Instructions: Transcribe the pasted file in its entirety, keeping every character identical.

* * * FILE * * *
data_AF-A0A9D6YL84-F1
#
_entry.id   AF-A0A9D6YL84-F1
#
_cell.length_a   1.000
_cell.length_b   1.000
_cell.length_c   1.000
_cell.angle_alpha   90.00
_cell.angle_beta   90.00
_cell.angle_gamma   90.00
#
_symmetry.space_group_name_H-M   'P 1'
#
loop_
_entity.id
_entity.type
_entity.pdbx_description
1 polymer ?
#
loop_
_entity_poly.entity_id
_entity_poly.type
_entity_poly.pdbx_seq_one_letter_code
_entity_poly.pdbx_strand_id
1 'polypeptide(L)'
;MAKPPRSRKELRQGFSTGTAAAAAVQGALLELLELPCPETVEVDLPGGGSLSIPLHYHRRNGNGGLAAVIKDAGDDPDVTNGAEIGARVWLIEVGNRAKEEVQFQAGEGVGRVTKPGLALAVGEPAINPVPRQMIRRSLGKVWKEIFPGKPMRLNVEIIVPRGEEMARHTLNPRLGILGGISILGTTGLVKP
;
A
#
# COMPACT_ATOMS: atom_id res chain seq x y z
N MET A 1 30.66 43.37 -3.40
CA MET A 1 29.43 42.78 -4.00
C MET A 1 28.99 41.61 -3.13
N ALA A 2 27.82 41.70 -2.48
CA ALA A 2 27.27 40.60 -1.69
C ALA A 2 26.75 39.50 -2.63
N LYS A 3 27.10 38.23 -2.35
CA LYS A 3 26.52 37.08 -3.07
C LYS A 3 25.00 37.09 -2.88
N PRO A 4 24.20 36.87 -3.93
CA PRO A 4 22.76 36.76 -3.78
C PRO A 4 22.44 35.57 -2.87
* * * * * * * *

data_AF-A0A9D6YL84-F1
#
_entry.id   AF-A0A9D6YL84-F1
#
_cell.length_a   1.000
_cell.length_b   1.000
_cell.length_c   1.000
_cell.angle_alpha   90.00
_cell.angle_beta   90.00
_cell.angle_gamma   90.00
#
_symmetry.space_group_name_H-M   'P 1'
#
loop_
_entity.id
_entity.type
_entity.pdbx_description
1 polymer ?
#
loop_
_entity_poly.entity_id
_entity_poly.type
_entity_poly.pdbx_seq_one_letter_code
_entity_poly.pdbx_strand_id
1 'polypeptide(L)'
;MAKPPRSRKELRQGFSTGTAAAAAVQGALLELLELPCPETVEVDLPGGGSLSIPLHYHRRNGNGGLAAVIKDAGDDPDVTNGAEIGARVWLIEVGNRAKEEVQFQAGEGVGRVTKPGLALAVGEPAINPVPRQMIRRSLGKVWKEIFPGKPMRLNVEIIVPRGEEMARHTLNPRLGILGGISILGTTGLVKP
;
A
#
# COMPACT_ATOMS: atom_id res chain seq x y z
N MET A 1 30.66 43.37 -3.40
CA MET A 1 29.43 42.78 -4.00
C MET A 1 28.99 41.61 -3.13
N ALA A 2 27.82 41.70 -2.48
CA ALA A 2 27.27 40.60 -1.69
C ALA A 2 26.75 39.50 -2.63
N LYS A 3 27.10 38.23 -2.35
CA LYS A 3 26.52 37.08 -3.07
C LYS A 3 25.00 37.09 -2.88
N PRO A 4 24.20 36.87 -3.93
CA PRO A 4 22.76 36.76 -3.78
C PRO A 4 22.44 35.57 -2.87